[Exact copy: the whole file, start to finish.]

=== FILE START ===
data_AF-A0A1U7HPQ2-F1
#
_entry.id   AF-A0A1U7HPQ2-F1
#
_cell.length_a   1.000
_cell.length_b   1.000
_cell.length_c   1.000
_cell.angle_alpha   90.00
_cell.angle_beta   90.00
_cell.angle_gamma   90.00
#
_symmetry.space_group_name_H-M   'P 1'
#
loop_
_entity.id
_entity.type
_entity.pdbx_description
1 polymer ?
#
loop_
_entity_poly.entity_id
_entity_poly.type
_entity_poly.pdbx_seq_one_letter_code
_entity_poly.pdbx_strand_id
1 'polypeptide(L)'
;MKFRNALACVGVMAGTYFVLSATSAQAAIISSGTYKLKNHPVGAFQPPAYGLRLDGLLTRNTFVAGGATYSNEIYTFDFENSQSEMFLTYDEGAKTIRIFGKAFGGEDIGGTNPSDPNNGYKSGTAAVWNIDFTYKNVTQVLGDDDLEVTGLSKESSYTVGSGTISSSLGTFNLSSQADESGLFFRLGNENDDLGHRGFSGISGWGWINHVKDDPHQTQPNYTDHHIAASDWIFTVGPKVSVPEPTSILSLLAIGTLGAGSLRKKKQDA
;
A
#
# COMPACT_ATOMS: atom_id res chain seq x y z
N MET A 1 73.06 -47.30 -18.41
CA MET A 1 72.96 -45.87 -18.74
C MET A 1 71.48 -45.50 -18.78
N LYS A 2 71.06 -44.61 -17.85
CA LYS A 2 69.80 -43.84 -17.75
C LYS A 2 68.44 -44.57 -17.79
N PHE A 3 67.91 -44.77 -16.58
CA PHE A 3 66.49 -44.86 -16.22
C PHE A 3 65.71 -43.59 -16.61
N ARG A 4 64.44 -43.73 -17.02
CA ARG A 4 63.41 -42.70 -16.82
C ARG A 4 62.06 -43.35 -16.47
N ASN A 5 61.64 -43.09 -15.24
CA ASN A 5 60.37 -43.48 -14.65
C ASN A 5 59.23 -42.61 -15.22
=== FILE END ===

data_AF-A0A1U7HPQ2-F1
#
_entry.id   AF-A0A1U7HPQ2-F1
#
_cell.length_a   1.000
_cell.length_b   1.000
_cell.length_c   1.000
_cell.angle_alpha   90.00
_cell.angle_beta   90.00
_cell.angle_gamma   90.00
#
_symmetry.space_group_name_H-M   'P 1'
#
loop_
_entity.id
_entity.type
_entity.pdbx_description
1 polymer ?
#
loop_
_entity_poly.entity_id
_entity_poly.type
_entity_poly.pdbx_seq_one_letter_code
_entity_poly.pdbx_strand_id
1 'polypeptide(L)'
;MKFRNALACVGVMAGTYFVLSATSAQAAIISSGTYKLKNHPVGAFQPPAYGLRLDGLLTRNTFVAGGATYSNEIYTFDFENSQSEMFLTYDEGAKTIRIFGKAFGGEDIGGTNPSDPNNGYKSGTAAVWNIDFTYKNVTQVLGDDDLEVTGLSKESSYTVGSGTISSSLGTFNLSSQADESGLFFRLGNENDDLGHRGFSGISGWGWINHVKDDPHQTQPNYTDHHIAASDWIFTVGPKVSVPEPTSILSLLAIGTLGAGSLRKKKQDA
;
A
#
# COMPACT_ATOMS: atom_id res chain seq x y z
N MET A 1 73.06 -47.30 -18.41
CA MET A 1 72.96 -45.87 -18.74
C MET A 1 71.48 -45.50 -18.78
N LYS A 2 71.06 -44.61 -17.85
CA LYS A 2 69.80 -43.84 -17.75
C LYS A 2 68.44 -44.57 -17.79
N PHE A 3 67.91 -44.77 -16.58
CA PHE A 3 66.49 -44.86 -16.22
C PHE A 3 65.71 -43.59 -16.61
N ARG A 4 64.44 -43.73 -17.02
CA ARG A 4 63.41 -42.70 -16.82
C ARG A 4 62.06 -43.35 -16.47
N ASN A 5 61.64 -43.09 -15.24
CA ASN A 5 60.37 -43.48 -14.65
C ASN A 5 59.23 -42.61 -15.22